campaign and send out a press release

Now you’re ready to make your campaign live to the public and share it with the world. A great way to do so is by sending out a press release with a strong newsworthy angle to present to journalists (the fact that you’re crowdfunding isn’t newsworthy).

I’d recommend hiring a PR professional, ideally with crowdfunding experience, to help you with this aspect. While this isn’t a cheap option, it pays to have someone who knows what they’re doing, has press contacts, and knows how to get great media placements. 

In the meantime, make sure you’re answering all investor questions and posting regular updates.

Phase 4

Hold an
investor event

Anticipate a lull in weeks 2-3 of your live campaign once the initial buzz of your campaign subsides. Fortunately, there are a few ways to bring back momentum. To open yourself up further to investors, organise a webinar to give them a presentation first-hand, and allow them to ask you anything.

You might choose to hold an in-person investor event, but this brings extra expense, planning and logistics. Wherever you hold it will also make it inaccessible for investors that aren’t based nearby. So, holding a webinar event can be just as effective, but at a fraction of the required resources and cost.

Make sure you tell as many potential investors as possible and give them at least a week’s warning. You can do so via investor updates on your crowdfunding page, social media posts and an Eventbrite page. Also make sure your instructions on how to access the webinar are very clear for the less tech-savvy investors.

Send a
second press release

Around the time you host your webinar, send out another press release. This must be fresh and not a rejig of your first one, as it won’t get past keen-eyed journalists. So, whether it’s a news-based piece written in third-person or an advice-based piece written in first-person, make sure it would be of interest to the readers of any publications you pitch to.

your final push

As your campaign draws to a close, you have a final chance to direct as many potential investors to your page as possible and really emphasise a sense of urgency. Use all your available digital channels to nudge those who have shown interest but not invested, alert any others of the opportunity, and ask your network to share the opportunity with others.

campaign and collect funds

Once your campaign has closed (successfully, I hope!) you’ll need to start collecting the money committed by investors. This can take a while, as all platforms are required to complete anti-money laundering checks on investors and perform the final due diligence checks on your company before they release the funds to you. These can include anything from verifying loan agreements, reviewing contracts or checking IP rights, getting SEIS/EIS Advanced Assurance (if it hasn’t already come through), and receiving money from direct investors who are investing via the platform.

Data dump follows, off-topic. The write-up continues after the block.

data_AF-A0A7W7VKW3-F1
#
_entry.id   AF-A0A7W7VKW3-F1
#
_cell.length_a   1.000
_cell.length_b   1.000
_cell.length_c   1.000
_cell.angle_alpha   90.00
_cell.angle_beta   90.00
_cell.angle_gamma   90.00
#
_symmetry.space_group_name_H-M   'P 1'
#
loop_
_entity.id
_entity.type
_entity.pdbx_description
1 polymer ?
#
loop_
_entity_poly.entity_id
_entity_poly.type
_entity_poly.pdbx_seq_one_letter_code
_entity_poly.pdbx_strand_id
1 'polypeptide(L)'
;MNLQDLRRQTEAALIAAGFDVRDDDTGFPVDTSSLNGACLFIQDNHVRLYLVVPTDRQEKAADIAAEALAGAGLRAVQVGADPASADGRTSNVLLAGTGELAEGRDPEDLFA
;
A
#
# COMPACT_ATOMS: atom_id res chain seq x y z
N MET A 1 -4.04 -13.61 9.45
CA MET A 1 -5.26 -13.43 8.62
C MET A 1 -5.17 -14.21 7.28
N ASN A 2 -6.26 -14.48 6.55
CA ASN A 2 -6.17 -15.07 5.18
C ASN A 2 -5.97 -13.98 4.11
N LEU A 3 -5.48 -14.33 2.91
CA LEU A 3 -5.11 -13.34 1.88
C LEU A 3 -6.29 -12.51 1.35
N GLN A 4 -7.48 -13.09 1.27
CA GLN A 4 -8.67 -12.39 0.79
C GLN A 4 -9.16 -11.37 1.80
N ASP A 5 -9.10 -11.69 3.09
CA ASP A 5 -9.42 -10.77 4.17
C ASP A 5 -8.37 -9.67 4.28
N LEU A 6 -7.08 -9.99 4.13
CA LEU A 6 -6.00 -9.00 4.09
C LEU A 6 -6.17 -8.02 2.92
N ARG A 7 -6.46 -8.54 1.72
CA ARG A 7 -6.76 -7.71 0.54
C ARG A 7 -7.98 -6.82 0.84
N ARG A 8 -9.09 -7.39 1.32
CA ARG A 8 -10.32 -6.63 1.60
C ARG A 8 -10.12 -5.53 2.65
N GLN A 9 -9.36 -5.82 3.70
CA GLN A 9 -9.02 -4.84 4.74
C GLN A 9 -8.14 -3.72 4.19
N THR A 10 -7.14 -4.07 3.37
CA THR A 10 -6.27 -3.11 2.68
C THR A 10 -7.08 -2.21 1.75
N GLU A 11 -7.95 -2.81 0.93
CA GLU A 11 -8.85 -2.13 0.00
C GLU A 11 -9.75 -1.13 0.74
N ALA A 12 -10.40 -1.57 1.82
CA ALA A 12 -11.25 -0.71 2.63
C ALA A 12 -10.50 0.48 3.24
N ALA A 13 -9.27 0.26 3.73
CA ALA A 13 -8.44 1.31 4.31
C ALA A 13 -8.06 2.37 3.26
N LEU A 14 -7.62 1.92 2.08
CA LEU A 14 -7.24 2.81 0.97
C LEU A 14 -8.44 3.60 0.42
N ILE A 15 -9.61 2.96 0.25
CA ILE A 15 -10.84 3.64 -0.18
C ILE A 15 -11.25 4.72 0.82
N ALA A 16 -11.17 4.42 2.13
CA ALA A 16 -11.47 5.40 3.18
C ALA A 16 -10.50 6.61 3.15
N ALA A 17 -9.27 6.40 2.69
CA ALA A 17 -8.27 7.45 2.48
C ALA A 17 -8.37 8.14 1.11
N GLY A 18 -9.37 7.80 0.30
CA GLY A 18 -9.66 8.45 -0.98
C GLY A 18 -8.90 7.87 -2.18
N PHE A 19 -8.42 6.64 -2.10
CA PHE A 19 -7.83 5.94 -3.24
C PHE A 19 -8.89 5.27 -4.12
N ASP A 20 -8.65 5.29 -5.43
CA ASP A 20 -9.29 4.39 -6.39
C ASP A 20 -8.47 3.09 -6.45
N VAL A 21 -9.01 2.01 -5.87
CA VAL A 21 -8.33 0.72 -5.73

You should expect around 3-4 weeks minimum if your campaign is with Crowdcube, less if you’re with Seedrs (assuming all the back-end due diligence is completed and no direct investments are made).

Bonus tips

Call for backup

To put it lightly, running a crowdfunding campaign ain’t a one-person job. So, try to have at least four people supporting you with your campaign. This will make it far easier to prepare your materials, respond to questions from investors within a few hours and manage the rest of the workload.

Questions can come in 24/7, so it’s a good idea to work in shifts to manage forum activity. That way, everyone gets a break and there’s no danger two people answering the same question and contradicting one another.

Make sure your colleagues have the capacity to help you and call in an agency for support if you feel you’ll need backup. Remember that you’ll need to manage your day-to-day business workload as well. So, if your company is seasonal, don’t plan your crowdfunding campaign for your busiest time of the year!

social tools to plan and communicate

We use Trello to set out tasks and deadlines, upload the relevant materials, and assign tasks to different colleagues. In its noticeboard-style, Trello is a great visual tool to help teams plan ahead. There are also some great alternatives like Asana and Basecamp.

Another tool for great organising and communication is Slack – a team collaboration tool that lets you instant message your colleagues easily. You can set up multiple chat channels to manage different elements of your campaign and even link up social media feeds to see your messages come in.

As you can probably tell, the equity crowdfunding process is more of a marathon than a sprint. There’s no doubt that it takes some meticulous planning, but stick to the above and you’ll have a far easier time staying on top of things. Good luck!

John Auckland
John Auckland